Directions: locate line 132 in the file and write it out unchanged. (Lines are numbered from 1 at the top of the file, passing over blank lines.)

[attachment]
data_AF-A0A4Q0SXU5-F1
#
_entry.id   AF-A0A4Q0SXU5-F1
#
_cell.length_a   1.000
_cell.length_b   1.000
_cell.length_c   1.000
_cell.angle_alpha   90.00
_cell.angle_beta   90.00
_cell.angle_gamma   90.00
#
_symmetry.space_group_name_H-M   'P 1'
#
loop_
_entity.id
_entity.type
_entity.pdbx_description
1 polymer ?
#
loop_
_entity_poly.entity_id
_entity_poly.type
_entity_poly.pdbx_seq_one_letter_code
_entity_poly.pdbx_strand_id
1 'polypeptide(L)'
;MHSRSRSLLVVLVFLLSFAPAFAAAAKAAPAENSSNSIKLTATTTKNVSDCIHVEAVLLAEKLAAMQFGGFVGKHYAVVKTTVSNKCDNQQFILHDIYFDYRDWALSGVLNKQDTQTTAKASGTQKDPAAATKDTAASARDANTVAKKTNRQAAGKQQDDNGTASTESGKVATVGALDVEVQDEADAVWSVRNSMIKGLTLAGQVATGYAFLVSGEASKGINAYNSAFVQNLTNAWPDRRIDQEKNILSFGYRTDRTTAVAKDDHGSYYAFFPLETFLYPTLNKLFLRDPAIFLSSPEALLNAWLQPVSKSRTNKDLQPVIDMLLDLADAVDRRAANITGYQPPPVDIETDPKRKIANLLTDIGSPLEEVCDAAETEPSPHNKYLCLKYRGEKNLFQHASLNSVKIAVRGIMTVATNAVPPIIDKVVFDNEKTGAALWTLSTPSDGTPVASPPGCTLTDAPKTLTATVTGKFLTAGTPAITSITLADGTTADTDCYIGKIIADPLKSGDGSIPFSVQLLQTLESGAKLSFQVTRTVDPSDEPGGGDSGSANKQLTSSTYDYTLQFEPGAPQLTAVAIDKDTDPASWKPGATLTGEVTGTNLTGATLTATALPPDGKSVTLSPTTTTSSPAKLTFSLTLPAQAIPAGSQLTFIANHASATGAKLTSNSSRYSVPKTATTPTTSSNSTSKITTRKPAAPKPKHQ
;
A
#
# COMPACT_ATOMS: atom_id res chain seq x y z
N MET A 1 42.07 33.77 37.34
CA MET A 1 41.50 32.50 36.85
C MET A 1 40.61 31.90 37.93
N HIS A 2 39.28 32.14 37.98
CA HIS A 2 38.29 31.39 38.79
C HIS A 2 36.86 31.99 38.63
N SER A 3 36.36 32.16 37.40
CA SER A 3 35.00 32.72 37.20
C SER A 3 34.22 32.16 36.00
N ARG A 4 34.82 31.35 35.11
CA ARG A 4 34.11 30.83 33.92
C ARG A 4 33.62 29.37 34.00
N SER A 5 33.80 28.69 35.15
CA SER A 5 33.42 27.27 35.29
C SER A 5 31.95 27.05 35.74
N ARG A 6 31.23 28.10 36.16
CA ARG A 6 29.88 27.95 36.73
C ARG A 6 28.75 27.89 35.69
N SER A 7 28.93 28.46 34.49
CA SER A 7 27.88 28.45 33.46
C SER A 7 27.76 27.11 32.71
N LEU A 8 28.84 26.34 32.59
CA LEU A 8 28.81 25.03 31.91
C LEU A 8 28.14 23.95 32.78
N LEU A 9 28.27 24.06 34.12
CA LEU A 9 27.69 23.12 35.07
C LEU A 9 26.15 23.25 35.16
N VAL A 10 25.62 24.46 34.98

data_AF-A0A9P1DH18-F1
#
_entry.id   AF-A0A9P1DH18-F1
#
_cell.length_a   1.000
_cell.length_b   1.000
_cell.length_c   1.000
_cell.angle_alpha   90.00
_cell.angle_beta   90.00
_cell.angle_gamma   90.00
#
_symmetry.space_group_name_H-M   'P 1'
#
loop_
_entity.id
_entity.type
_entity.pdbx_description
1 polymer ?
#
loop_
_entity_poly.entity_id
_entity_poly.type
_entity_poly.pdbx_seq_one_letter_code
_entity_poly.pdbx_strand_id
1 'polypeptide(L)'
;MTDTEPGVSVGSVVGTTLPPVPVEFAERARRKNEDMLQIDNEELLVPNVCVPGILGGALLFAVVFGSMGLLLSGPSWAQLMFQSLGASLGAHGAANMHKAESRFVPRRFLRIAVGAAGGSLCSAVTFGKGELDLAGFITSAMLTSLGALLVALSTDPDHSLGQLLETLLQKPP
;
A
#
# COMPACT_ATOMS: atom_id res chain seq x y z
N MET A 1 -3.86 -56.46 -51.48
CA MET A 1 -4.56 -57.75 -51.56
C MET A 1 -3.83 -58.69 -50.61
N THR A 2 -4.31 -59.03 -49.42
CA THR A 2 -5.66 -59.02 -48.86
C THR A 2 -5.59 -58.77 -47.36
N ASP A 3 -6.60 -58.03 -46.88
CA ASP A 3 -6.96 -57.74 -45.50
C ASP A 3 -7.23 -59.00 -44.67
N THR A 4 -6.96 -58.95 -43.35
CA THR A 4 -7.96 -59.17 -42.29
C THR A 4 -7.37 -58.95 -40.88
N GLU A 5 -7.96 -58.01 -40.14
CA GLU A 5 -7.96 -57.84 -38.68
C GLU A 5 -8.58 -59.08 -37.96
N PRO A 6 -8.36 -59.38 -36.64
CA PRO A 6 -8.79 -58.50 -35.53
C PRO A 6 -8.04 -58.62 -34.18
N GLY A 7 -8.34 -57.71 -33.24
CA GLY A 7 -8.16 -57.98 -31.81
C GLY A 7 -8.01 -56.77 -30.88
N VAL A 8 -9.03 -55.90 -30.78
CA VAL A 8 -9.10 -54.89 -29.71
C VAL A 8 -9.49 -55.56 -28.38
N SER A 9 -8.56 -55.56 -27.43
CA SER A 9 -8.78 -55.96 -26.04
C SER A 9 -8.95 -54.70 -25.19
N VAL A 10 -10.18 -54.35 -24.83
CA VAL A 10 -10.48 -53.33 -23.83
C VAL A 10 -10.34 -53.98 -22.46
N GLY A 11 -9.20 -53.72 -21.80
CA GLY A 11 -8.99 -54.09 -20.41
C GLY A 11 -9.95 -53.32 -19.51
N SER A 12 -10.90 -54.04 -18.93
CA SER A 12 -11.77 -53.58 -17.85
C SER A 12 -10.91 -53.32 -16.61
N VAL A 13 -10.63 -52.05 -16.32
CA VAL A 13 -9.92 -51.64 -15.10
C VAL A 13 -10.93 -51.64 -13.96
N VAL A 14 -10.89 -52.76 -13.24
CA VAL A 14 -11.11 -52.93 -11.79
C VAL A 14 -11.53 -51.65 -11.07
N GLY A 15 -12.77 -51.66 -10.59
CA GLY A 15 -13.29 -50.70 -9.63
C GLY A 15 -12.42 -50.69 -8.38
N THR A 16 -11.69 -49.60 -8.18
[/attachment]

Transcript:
CA GLY A 15 -13.29 -50.70 -9.63